Mastering Payroll: PAYE and Deductions in Tanzania

This article simplifies Tanzania's payroll regulations for your businesses, ensuring they comply with labor laws.

For businesses operating in Tanzania, navigating payroll can seem complex. But understanding the key concepts – payroll, PAYE (Pay As You Earn), and statutory deductions – is essential for ensuring smooth operations and staying compliant with Tanzanian tax regulations. 

What is Payroll?

Payroll is the process of calculating, withholding, and disbursing employee compensation. This includes salaries, wages, bonuses, and any other taxable benefits they receive. The payroll process involves:

  • Recording employee hours worked
  • Calculating gross pay based on salaries, wages, and bonuses
  • Withholding taxes and statutory deductions (explained below)
  • Netting out deductions to arrive at the employee's take-home pay
  • Issuing payslips and making payments to employees and relevant authorities

Understanding PAYE

PAYE is a Tanzanian withholding tax system for income earned through employment. As an employer, you're required by law to deduct income tax from your employees' salaries or wages before paying them.

Understanding Tanzania's Payroll System

Tanzanian law requires strict adherence to payroll regulations. Employers must maintain detailed records on employee data, minimum wages, working hours, benefits, and tax contributions. Here's a breakdown of key aspects:

  • Income Tax (PAYE): Tanzania uses a progressive tax system. The tax rate increases with income level, ranging from 0% to 30%. There's no PAYE for minimum wage earners (earning less than TZS 270,000 annually). Non-residents pay a flat 15% tax on Tanzanian income.

Residents earning between TZS 270,000 and TZS 520,000 annually pay an 8% tax.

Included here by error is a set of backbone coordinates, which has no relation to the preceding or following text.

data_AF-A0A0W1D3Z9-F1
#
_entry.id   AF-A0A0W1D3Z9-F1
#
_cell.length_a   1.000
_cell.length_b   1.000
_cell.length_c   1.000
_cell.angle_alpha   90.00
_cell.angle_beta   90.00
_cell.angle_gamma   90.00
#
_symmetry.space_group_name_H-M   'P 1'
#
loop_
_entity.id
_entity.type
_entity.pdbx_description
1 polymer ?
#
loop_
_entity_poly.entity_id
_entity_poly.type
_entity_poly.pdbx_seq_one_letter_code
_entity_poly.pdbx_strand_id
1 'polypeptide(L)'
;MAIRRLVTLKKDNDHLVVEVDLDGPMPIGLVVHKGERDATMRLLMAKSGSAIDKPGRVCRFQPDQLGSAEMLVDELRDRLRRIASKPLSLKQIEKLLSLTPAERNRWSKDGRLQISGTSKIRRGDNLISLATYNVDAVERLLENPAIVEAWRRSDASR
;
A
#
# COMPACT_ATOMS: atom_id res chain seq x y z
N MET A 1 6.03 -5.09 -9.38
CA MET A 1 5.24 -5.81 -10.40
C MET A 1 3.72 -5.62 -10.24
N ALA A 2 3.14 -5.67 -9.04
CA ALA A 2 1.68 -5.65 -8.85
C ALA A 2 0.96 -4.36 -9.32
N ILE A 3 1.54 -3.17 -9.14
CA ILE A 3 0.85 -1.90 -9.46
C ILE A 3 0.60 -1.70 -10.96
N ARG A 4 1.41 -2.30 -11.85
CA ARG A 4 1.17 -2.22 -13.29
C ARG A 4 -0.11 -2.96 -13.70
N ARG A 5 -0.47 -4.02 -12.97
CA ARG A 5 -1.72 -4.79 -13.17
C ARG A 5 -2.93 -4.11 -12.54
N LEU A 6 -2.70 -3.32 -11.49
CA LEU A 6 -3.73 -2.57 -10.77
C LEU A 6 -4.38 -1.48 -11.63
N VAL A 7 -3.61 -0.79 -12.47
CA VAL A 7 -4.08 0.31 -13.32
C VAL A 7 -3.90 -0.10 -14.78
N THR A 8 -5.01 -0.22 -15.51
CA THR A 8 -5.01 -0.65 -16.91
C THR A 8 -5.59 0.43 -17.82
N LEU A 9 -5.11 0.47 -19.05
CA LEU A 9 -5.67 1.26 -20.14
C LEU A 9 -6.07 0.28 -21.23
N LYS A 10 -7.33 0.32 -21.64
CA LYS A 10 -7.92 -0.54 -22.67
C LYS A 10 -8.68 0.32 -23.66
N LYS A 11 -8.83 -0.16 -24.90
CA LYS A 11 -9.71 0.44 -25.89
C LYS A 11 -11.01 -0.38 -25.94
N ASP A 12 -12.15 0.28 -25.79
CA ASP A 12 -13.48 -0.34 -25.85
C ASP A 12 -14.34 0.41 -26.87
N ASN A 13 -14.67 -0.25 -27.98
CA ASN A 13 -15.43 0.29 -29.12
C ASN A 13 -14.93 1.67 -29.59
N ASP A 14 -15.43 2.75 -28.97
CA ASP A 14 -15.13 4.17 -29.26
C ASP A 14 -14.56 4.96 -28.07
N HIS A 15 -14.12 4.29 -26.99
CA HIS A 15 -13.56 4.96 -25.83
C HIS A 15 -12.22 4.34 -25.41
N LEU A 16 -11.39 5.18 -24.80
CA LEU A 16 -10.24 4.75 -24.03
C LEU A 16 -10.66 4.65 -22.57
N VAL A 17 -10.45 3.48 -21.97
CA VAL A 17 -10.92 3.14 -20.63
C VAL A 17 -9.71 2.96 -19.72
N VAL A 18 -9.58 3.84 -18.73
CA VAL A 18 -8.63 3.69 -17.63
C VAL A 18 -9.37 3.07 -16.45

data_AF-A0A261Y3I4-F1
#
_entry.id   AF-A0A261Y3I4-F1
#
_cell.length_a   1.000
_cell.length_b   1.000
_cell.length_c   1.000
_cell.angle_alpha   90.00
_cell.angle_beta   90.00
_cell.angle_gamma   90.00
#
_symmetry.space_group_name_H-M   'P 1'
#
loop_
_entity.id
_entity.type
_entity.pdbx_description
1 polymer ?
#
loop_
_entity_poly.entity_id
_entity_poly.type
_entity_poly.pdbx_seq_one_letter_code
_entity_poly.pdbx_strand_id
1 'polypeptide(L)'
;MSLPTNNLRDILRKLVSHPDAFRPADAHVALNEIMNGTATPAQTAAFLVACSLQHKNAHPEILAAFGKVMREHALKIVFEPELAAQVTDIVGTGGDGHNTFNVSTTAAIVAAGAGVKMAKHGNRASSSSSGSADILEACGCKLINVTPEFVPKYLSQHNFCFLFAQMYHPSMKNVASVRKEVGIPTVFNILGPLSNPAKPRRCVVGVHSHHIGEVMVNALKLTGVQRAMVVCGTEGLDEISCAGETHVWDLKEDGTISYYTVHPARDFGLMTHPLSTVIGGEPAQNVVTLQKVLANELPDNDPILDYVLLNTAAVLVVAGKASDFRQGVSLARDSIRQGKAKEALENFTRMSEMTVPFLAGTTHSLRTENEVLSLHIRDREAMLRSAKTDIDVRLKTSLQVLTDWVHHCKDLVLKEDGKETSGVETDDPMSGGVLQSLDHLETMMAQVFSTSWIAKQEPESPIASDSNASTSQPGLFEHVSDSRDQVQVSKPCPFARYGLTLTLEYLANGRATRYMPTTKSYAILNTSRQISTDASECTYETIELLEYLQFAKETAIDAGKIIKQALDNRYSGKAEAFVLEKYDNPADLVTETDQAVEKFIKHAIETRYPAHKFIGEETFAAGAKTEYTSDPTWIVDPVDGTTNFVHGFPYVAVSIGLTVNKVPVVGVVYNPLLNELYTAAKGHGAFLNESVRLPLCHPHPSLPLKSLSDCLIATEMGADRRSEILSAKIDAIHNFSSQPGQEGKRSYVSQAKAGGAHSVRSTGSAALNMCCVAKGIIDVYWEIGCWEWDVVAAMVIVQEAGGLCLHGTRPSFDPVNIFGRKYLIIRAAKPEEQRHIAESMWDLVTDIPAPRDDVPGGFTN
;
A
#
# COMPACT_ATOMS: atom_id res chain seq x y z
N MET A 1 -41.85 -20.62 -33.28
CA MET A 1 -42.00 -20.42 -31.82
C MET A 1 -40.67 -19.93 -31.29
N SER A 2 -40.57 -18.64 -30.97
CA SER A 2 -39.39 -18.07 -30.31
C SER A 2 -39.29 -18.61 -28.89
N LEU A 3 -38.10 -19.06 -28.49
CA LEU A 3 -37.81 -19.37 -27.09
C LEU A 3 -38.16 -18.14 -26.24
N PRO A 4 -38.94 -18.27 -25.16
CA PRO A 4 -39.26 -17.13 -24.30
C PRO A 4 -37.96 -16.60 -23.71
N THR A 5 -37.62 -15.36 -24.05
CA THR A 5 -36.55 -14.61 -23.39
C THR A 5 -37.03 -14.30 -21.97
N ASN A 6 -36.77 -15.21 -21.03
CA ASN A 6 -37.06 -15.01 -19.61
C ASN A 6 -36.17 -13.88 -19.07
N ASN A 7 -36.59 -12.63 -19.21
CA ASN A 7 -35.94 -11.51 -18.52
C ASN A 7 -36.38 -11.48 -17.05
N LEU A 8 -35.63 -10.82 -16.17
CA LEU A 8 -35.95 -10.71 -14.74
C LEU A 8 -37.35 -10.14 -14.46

Employees earning between TZS 520,000 and TZS 760,000 pay 20% tax.

Those earning between TZS 760,000 and TZS 1,000,000 annually pay 25%.

Earnings above TZS 1,000,000 pay a 30% tax.

  • National Social Security Fund (NSSF): Employers contribute 20% of an employee's basic salary to the NSSF. This contribution can be split between employer and employee in various ways:-:

Employer: 10%, Employee: 10%

Employer: 15%, Employee: 5%

Employer: 20%, Employee: 0% (employer covers the entire contribution)

  • Worker's Compensation Fund: Employers contribute 0.5% of the employee's cash pay to this fund.

Salary Structure Breakdown

Here's a look at the components that make up an employee's compensation package in Tanzania:

  • Gross Salary: This is the pre-tax salary an employee receives before deductions.
  • Net Salary (Take-Home Pay): This is the amount the employee receives after taxes and deductions are withheld.
  • Basic Salary: This is the base pay before allowances and benefits. It typically falls within 30-35% of the gross salary.
  • Allowances and Benefits: These can include medical, meal, housing, transport, retirement, and entertainment allowances. Taxes may apply depending on the allowance/benefit type.
  • Bonuses: These are common and should be factored into the CTC.

By following these steps and understanding Tanzania's payroll system, you can ensure a smooth operation for your business and build a foundation of trust with your employees.

Published Date:
June 18, 2024